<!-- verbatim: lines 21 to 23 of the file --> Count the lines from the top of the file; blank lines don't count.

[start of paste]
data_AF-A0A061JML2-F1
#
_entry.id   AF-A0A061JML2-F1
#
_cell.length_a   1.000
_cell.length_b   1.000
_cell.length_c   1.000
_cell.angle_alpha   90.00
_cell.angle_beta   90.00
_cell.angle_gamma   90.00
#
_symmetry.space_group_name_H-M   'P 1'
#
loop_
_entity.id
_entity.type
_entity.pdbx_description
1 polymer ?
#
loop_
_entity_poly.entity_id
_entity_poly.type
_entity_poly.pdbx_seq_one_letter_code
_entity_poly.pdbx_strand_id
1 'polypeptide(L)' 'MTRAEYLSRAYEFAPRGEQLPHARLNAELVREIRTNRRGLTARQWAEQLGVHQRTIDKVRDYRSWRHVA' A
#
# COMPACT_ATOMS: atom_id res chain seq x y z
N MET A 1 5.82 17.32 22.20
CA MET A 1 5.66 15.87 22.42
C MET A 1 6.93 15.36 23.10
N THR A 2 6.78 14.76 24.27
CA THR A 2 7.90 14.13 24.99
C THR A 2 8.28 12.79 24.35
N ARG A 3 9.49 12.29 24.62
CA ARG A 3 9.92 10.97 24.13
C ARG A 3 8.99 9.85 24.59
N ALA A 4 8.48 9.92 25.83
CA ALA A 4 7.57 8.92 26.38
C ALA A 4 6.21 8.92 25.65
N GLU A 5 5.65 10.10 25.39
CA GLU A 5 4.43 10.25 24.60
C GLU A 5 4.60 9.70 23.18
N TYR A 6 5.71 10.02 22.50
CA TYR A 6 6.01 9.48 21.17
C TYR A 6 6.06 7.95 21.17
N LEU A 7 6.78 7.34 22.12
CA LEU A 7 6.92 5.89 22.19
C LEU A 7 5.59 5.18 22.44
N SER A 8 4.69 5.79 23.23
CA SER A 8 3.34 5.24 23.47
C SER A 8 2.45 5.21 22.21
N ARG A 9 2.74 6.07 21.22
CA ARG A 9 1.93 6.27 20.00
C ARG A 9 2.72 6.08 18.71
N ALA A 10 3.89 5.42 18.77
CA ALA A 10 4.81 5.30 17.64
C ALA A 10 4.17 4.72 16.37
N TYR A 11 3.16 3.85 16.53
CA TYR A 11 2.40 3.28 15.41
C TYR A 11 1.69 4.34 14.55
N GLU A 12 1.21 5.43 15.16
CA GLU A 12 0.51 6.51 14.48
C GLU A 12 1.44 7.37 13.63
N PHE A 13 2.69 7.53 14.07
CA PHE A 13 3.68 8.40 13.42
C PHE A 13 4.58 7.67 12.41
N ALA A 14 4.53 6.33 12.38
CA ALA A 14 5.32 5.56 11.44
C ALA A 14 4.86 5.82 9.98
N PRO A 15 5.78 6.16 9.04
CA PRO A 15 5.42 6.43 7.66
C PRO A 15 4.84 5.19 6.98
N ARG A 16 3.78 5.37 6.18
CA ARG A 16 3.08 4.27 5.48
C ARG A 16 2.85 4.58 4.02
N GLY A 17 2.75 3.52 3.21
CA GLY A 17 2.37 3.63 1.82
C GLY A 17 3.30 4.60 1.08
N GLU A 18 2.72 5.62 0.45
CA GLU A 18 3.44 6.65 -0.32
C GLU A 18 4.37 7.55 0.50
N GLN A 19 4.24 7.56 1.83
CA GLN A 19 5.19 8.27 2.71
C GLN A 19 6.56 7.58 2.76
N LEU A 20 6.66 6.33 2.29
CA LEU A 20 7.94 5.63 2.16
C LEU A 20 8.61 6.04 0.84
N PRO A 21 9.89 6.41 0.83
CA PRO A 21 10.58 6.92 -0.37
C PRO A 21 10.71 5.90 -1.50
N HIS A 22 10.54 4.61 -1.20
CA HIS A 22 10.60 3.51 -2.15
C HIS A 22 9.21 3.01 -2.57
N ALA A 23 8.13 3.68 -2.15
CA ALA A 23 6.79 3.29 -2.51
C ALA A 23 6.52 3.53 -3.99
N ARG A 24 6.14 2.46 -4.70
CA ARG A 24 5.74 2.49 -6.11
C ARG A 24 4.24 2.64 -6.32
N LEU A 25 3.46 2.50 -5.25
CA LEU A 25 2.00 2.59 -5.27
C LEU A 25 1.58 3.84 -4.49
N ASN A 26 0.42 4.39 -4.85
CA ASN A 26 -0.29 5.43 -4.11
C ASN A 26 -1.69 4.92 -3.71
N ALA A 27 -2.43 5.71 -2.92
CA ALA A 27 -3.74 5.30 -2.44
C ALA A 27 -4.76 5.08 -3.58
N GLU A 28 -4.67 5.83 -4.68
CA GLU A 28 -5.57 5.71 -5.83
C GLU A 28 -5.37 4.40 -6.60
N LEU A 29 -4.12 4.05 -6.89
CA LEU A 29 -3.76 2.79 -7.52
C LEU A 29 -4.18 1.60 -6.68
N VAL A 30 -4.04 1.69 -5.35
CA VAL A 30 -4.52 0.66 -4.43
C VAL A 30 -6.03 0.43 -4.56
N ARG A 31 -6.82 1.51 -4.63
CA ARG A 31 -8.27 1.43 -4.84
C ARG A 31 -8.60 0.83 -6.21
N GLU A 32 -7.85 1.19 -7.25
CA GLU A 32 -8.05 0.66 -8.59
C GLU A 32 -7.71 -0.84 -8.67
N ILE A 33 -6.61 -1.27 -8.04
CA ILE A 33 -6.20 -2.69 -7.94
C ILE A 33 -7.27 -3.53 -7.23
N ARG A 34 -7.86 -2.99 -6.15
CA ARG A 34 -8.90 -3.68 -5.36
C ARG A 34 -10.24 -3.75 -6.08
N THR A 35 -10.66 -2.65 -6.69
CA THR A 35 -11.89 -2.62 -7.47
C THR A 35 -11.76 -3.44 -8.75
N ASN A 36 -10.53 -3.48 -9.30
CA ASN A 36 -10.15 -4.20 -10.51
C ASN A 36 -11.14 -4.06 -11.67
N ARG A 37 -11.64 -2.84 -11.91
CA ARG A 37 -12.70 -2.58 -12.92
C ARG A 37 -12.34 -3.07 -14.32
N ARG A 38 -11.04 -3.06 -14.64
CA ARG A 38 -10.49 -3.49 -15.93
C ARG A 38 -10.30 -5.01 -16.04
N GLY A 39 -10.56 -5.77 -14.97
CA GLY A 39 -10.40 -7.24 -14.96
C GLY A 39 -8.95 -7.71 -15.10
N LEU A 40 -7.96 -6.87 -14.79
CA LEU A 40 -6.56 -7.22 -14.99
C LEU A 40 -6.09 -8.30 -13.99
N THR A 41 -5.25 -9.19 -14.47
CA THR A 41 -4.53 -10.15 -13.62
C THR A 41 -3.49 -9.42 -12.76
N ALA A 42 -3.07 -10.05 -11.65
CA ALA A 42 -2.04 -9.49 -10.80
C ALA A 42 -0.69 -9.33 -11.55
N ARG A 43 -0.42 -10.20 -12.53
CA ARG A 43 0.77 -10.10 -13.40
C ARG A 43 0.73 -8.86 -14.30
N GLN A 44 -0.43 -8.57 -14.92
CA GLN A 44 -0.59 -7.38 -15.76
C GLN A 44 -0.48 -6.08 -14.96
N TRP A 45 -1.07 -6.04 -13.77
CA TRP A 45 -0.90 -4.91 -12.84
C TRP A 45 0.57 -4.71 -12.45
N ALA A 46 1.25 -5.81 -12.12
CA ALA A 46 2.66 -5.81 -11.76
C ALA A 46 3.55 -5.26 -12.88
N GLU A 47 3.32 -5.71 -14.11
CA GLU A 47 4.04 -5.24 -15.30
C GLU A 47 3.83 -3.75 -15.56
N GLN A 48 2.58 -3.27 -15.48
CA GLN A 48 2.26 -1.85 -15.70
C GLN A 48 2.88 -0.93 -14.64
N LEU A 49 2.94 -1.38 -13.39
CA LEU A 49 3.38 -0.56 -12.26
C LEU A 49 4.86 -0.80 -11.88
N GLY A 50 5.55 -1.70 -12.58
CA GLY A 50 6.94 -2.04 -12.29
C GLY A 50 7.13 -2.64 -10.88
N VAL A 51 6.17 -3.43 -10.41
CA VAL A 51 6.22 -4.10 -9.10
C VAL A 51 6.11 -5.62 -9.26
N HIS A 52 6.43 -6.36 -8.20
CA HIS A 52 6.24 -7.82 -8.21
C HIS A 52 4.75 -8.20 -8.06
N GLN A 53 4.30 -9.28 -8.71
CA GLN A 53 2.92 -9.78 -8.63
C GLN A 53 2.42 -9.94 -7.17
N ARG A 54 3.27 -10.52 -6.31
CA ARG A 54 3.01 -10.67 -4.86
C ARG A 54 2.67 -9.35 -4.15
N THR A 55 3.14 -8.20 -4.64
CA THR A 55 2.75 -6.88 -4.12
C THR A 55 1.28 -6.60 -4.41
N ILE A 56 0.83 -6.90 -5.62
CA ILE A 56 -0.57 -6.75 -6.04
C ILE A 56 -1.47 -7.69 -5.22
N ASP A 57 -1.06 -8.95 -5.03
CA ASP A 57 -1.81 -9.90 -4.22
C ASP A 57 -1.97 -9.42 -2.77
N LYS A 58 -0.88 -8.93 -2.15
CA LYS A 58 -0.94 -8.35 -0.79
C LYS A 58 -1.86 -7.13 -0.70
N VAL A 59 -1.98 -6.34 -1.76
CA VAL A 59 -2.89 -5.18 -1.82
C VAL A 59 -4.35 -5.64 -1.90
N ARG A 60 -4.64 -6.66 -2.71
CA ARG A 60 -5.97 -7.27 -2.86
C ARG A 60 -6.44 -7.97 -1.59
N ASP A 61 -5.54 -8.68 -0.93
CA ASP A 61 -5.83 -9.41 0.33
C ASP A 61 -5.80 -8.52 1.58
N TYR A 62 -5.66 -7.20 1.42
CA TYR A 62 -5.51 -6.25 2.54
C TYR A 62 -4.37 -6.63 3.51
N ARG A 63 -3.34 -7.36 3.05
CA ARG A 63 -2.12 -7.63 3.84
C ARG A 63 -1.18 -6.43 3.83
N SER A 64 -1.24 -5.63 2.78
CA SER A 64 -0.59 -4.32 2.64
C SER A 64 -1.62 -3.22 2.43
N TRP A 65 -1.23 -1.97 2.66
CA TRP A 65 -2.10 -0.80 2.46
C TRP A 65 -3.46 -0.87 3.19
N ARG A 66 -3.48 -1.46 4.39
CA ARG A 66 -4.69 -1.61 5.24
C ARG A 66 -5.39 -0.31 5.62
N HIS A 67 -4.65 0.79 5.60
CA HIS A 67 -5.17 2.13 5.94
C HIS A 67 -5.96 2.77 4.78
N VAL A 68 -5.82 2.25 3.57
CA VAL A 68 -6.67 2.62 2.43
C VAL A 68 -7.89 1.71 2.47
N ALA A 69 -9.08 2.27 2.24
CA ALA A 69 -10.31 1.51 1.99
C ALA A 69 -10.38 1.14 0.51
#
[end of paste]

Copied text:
_entity_poly.entity_id
_entity_poly.type
_entity_poly.pdbx_seq_one_letter_code